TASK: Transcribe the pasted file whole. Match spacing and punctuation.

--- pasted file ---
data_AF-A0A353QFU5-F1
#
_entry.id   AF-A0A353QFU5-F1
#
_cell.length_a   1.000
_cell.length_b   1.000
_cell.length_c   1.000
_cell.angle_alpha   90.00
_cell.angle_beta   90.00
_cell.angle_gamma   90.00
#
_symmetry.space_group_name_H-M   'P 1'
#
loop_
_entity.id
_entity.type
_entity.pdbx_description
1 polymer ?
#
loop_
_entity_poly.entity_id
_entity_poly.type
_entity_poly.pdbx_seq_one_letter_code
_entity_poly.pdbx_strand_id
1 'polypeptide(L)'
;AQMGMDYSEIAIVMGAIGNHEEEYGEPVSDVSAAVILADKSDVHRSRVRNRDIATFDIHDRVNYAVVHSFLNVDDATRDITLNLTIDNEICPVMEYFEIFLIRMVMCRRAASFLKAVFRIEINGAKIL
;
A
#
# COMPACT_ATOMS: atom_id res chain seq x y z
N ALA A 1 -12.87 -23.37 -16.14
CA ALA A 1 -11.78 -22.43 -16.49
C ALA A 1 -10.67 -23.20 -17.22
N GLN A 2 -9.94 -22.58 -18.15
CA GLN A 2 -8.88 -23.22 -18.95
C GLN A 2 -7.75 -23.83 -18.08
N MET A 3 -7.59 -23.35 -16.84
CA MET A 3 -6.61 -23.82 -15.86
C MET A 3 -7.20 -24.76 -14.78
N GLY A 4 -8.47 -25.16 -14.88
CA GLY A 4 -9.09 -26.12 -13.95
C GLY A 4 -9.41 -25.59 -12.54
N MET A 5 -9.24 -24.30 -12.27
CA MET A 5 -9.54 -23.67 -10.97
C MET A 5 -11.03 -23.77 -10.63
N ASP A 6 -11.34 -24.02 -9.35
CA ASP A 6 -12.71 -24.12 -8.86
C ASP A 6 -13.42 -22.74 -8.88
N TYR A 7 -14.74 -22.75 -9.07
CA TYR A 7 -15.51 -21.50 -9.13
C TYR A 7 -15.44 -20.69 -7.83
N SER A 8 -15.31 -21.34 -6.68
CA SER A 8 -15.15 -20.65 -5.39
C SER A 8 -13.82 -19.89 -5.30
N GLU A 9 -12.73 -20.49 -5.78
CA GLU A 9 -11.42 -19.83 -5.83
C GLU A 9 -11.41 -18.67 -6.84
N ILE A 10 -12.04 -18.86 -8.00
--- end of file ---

data_AF-A0A353QFU5-F1
#
_entry.id   AF-A0A353QFU5-F1
#
_cell.length_a   1.000
_cell.length_b   1.000
_cell.length_c   1.000
_cell.angle_alpha   90.00
_cell.angle_beta   90.00
_cell.angle_gamma   90.00
#
_symmetry.space_group_name_H-M   'P 1'
#
loop_
_entity.id
_entity.type
_entity.pdbx_description
1 polymer ?
#
loop_
_entity_poly.entity_id
_entity_poly.type
_entity_poly.pdbx_seq_one_letter_code
_entity_poly.pdbx_strand_id
1 'polypeptide(L)'
;AQMGMDYSEIAIVMGAIGNHEEEYGEPVSDVSAAVILADKSDVHRSRVRNRDIATFDIHDRVNYAVVHSFLNVDDATRDITLNLTIDNEICPVMEYFEIFLIRMVMCRRAASFLKAVFRIEINGAKIL
;
A
#
# COMPACT_ATOMS: atom_id res chain seq x y z
N ALA A 1 -12.87 -23.37 -16.14
CA ALA A 1 -11.78 -22.43 -16.49
C ALA A 1 -10.67 -23.20 -17.22
N GLN A 2 -9.94 -22.58 -18.15
CA GLN A 2 -8.88 -23.22 -18.95
C GLN A 2 -7.75 -23.83 -18.08
N MET A 3 -7.59 -23.35 -16.84
CA MET A 3 -6.61 -23.82 -15.86
C MET A 3 -7.20 -24.76 -14.78
N GLY A 4 -8.47 -25.16 -14.88
CA GLY A 4 -9.09 -26.12 -13.95
C GLY A 4 -9.41 -25.59 -12.54
N MET A 5 -9.24 -24.30 -12.27
CA MET A 5 -9.54 -23.67 -10.97
C MET A 5 -11.03 -23.77 -10.63
N ASP A 6 -11.34 -24.02 -9.35
CA ASP A 6 -12.71 -24.12 -8.86
C ASP A 6 -13.42 -22.74 -8.88
N TYR A 7 -14.74 -22.75 -9.07
CA TYR A 7 -15.51 -21.50 -9.13
C TYR A 7 -15.44 -20.69 -7.83
N SER A 8 -15.31 -21.34 -6.68
CA SER A 8 -15.15 -20.65 -5.39
C SER A 8 -13.82 -19.89 -5.30
N GLU A 9 -12.73 -20.49 -5.78
CA GLU A 9 -11.42 -19.83 -5.83
C GLU A 9 -11.41 -18.67 -6.84
N ILE A 10 -12.04 -18.86 -8.00